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Time to Sell? Better to Buy? Talking Real Estate with Kevin Leatherman

By: Eric Feil
09/09/2021
A Money Bag And A Wooden House On The Scales. The Concept Of Real Estate Purchase.

Photo 123rf/ilixe48

Should I sell my house? Is this the right time to buy? Is the market getting hotter? Is it going to cool off? Homeowners, actual and prospective, are searching everywhere for advice. And almost everybody, it seems, has some to share. But certainly not everybody can offer true expert advice. Except, of course, for the true experts. That’s why we turn to such insiders as Kevin Leatherman.

Kevin Leatherman of Leatherman Homes, who has built unparalleled expertise in Long Island real estate over decades of experience, offers his insights for sellers and buyers right now as he takes a look at hyperlocal markets, issues of inventory and more.

“For sellers, they should price responsibly,” says Leatherman, a native Long Islander. “We’ve had this mass exodus out of the metropolitan area and onto Long Island, but at this point, while there is still a migration happening, the buyers are interested in properties that are being priced correctly. The climate has changed.

“From July 4th through Labor Day, the showing activity was down tremendously,” he continues. “I’m not saying the volume of transactions was down, but the number of buyers physically viewing properties was down. Several have decided to wait until after the summer, so I think fall is a new opportunity, where you’re going to have buyers coming back into the market after they had a little R&R for the summer.”

Kevin leatherman

Kevin LeathermanCourtesy Kevin Leatherman

Throughout the summer that was, we read and heard news that sales prices were rising higher and higher. Stories abounded about multiple offers coming in over asking price, bidding wars happening on a regular basis. People saw home values rising at an incredible pace, and many started to wonder, is it finally time to sell and take that gain? Will things continue on that upward trajectory? Is any price too high to ask for my house, since it seems the numbers just keep rising?

“I think the appreciation is leveling off, so don’t anticipate the appreciation you’ve had the last 12 months to be duplicated over the next 12 months,” Leatherman says. “I don’t see that happening. Price responsibly and you will get more showings, a higher probability of more offers, and you’ll get the job done quicker. And if the market is strong enough, then you’ll get above asking price.”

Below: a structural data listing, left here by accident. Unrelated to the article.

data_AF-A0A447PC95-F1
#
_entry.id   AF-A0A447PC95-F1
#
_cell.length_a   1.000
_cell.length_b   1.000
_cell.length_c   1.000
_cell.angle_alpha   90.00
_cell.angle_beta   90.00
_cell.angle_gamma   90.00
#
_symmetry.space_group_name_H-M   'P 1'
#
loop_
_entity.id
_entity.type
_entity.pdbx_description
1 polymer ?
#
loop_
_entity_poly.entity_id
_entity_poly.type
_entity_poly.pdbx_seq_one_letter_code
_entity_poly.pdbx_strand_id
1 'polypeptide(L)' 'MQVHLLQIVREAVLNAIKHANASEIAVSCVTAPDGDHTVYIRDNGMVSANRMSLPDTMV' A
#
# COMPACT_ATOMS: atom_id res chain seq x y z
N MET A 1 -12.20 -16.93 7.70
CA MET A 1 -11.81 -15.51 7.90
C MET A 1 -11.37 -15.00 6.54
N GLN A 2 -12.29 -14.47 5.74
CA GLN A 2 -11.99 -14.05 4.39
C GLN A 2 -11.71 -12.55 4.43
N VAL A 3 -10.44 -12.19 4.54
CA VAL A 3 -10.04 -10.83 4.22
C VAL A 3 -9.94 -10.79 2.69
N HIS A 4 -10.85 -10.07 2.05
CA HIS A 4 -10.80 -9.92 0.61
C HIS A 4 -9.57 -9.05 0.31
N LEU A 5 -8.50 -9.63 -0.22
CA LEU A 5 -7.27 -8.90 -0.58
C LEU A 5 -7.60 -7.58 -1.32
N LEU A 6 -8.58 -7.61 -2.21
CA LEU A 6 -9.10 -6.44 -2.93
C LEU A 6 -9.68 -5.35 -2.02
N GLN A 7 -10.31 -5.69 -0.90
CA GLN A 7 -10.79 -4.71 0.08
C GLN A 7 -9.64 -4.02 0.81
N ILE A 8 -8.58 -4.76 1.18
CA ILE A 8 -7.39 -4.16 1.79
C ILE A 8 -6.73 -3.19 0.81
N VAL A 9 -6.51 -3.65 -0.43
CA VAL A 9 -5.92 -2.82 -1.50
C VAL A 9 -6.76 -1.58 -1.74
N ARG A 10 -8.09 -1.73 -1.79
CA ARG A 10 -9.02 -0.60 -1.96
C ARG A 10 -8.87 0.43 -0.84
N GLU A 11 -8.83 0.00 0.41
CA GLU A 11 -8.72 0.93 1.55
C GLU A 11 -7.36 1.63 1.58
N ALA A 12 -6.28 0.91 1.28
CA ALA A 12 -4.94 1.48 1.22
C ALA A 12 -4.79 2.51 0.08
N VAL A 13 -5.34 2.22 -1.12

Then there is the question of what to do if you’ve sold your home, perhaps more quickly than anticipated, and you find yourself without a permanent residence at the same time. If you’re still looking to buy but have to be out of the home you just sold, how do you handle such a situation?

“Some people have sold and they’ve gone into temporary rentals or are staying with friends, and now they’re looking, so you have people in transition,” Leatherman observes. “The real issue is in a market where you have less than normal inventory—and normal inventory is defined as six months of inventory, and the power of buyers and sellers is equal, nobody has the upper hand. So if you have two or three month’s supply of single-family homes in Nassau County, for example, then that’s a seller’s market, still.

“When somebody wants to be selling and buying, it’s very tricky for them to line up all the details of both transactions,” he continues, “so they move their family from Point A to Point B, sometimes even to a hotel. As a result, some buyers, if they are in the financial position to do so, have gone into contract on their purchase before they’ve even put their property for sale.”

Yes, homes are still moving quickly. But don’t expect to list one day and be in contract the next, despite what you may hear some people saying.

“One of the things I’m starting to see is, some of the sellers are not being realistic, where they’re telling their agent, “Oh, the house has been on the market for 5 days or 10 days, why isn’t it sold?’ I think the news media—and some agents advertising on social media—has given a false sense as to the pace of the market. Because you have hyperlocal markets.

“For example, I’ll use Rockville Centre,” he goes on. “The condo and co-op market is a different market than the single-family home market.  The single-family market under a million dollars is different than the market over a million dollars, so even within the same town or the same village, you have hyperlocal markets depending on what the specific product is.”

But, you may be thinking, your brother-in-law from Great Neck told you this. And your neighbor in Rockville Centre told you another thing. And your best friend from Long Beach had another incredible story. And an old college buddy from Dix Hills had another story. Don’t they all apply here?

“If you’re just having a family function or you’re speaking to one of your friends, you can’t talk about it as a general statement,” Leatherman warns. “And then if you want to talk about selling a one-bedroom cooperative in Forrest Hills, there might be 13 months of inventory on the market, whereas in Rockville Centre there might be 3 months of inventory on the market for a one-bedroom cooperative.

“So that’s why you really can’t take general phrases from news media or somebody’s social media post. You really have to have a professional come and analyze—whether it’s on the buy side or the sell side—to really get accurate information.”

Learn more about Kevin Leatherman and Leatherman Homes at leathermanhomes.com.